Safety and Integrity in a Digital World - Part Two


This is the second in a series of three blog posts on worker competence

What do most of us think of when we hear the words "digital" and "safety" mentioned together? Most likely, safeguarding laptops, desktop PCs and corporate IT systems from viruses and cyber-attacks – an area in which a lot of time and money is invested. However, in a sector driven by an increasing focus on competence, skills and sustainable operations, the (secure) digital world can do much to ensure the safety and integrity of upstream oil and gas companies' physical assets.

Think back to the Deepwater Horizon oil spill in 2010 – a prime example of how the actions of contractors, temporary or agency staff can affect the reputation of an operator. Indeed, increasingly stringent regulations are being introduced in this area, such as those from the US Department of Interior's Bureau of Safety and Environmental Enforcement (BSEE). The BSEE recently announced that accountability for increased liabilities will be extended to incorporate contractors and service providers. In this dynamic and complex area, how can digital tools help to ensure that safety and integrity are maintained?

From an operational perspective, the performance of assets such as operating units, offshore platforms or specific process plant areas is typically measured as part of routine operations, with Key Performance Indicators (KPIs) tracked for both good and bad performance. But a lot still depends, of course, on the competence of the people interacting with the asset.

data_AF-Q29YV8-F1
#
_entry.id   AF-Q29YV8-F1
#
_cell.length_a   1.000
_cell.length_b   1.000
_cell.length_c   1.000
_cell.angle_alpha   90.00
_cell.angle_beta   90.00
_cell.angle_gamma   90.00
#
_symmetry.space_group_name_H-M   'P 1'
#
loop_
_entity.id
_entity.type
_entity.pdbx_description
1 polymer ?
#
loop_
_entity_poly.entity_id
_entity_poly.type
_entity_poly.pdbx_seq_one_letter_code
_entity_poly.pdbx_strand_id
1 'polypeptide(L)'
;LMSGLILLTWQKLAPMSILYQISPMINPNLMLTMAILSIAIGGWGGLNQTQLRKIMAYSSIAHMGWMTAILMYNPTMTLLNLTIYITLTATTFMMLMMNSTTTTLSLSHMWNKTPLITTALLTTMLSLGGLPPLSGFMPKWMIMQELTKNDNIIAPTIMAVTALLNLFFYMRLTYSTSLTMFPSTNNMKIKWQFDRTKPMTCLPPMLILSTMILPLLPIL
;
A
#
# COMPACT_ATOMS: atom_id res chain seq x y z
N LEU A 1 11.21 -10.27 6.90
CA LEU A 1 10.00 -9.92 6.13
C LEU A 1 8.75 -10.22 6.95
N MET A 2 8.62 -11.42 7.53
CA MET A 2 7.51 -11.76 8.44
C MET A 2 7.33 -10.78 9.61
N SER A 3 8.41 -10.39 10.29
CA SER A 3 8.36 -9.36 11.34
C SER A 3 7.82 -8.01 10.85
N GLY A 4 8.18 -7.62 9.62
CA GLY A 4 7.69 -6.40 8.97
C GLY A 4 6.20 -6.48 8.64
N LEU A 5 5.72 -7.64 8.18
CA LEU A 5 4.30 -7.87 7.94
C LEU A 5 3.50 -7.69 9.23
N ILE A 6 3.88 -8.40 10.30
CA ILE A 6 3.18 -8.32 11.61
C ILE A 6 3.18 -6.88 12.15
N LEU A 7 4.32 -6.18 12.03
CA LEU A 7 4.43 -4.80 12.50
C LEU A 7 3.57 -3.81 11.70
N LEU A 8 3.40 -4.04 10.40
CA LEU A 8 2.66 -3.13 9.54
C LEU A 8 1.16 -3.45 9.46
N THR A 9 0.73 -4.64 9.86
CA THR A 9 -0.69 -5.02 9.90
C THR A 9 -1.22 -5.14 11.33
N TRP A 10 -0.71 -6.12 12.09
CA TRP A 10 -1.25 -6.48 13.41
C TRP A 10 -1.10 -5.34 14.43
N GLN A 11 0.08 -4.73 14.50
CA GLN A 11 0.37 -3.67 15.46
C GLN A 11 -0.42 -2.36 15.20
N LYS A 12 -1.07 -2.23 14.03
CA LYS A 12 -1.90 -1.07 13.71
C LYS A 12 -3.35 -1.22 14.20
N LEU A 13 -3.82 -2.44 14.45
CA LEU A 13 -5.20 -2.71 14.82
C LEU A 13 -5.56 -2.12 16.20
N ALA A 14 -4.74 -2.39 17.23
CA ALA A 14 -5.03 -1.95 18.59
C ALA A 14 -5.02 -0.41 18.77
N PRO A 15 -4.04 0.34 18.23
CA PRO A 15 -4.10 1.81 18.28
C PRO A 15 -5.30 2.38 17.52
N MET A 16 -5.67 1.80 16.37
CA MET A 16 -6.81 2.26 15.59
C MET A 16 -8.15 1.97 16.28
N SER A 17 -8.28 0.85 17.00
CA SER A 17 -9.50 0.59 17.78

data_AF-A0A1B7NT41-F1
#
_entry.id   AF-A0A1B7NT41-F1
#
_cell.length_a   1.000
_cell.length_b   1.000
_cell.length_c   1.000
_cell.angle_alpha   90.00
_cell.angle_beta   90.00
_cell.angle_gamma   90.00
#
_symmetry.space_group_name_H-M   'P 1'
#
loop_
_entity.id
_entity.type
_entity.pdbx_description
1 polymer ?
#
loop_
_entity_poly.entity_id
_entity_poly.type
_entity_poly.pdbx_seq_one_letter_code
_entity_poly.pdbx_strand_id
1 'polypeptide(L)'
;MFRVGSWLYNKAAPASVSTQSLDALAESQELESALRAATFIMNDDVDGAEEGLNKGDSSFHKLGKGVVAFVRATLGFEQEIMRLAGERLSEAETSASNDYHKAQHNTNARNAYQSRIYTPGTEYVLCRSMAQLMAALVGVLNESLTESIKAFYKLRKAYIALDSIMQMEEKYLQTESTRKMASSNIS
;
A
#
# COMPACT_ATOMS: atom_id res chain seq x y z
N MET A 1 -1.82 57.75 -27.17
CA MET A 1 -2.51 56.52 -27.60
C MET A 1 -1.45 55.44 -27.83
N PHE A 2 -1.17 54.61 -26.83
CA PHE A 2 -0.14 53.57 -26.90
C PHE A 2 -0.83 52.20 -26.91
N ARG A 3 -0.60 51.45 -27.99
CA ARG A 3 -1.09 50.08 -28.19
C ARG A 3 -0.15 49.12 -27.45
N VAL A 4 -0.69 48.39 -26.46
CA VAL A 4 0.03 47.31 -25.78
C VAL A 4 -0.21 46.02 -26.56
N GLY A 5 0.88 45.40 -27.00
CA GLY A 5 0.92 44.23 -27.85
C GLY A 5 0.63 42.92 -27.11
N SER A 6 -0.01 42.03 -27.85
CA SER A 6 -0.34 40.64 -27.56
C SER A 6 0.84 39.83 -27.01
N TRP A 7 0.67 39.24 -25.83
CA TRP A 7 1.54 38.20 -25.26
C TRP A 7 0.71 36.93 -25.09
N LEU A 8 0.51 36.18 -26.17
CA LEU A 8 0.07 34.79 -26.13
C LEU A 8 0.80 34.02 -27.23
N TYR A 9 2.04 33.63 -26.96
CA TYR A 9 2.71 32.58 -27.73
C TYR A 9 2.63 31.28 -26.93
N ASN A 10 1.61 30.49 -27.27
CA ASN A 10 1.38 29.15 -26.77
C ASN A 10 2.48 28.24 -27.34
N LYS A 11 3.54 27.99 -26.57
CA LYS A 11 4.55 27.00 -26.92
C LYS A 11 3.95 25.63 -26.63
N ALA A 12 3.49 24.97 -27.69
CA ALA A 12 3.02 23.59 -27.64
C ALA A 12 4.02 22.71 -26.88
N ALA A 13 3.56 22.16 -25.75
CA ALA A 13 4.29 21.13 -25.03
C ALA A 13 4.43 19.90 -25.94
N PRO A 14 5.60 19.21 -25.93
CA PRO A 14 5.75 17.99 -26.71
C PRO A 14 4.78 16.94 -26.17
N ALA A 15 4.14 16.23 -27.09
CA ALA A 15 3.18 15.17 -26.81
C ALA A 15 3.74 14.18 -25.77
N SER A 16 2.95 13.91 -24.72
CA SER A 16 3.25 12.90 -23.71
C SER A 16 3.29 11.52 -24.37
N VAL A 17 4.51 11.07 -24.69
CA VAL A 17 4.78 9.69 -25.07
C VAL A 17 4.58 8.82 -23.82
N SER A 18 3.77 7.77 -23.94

What operators need to do is review the competence profiles of staff in order to pinpoint which competence profiles improve KPIs, and on the flip side which profiles drag them down. Competence profile requirements that improve KPIs can then be determined, and the importance of these can be highlighted and promoted around the organization.

Training courses and classroom learning modules, as well as technology such as an Operator Training Simulator (OTS), can all help in this process – provided they are set up correctly. For example, an OTS also needs to link to any competence management system and – ideally – the scenarios and procedures it covers should be ones that can be ranked (and the score then applied back to the competence management system).

The diagram below shows how this and other elements fit together into a coherent competence management system.

About the Author
Andy Coward is Senior Director, Business Solutions at P2 Energy Solutions.

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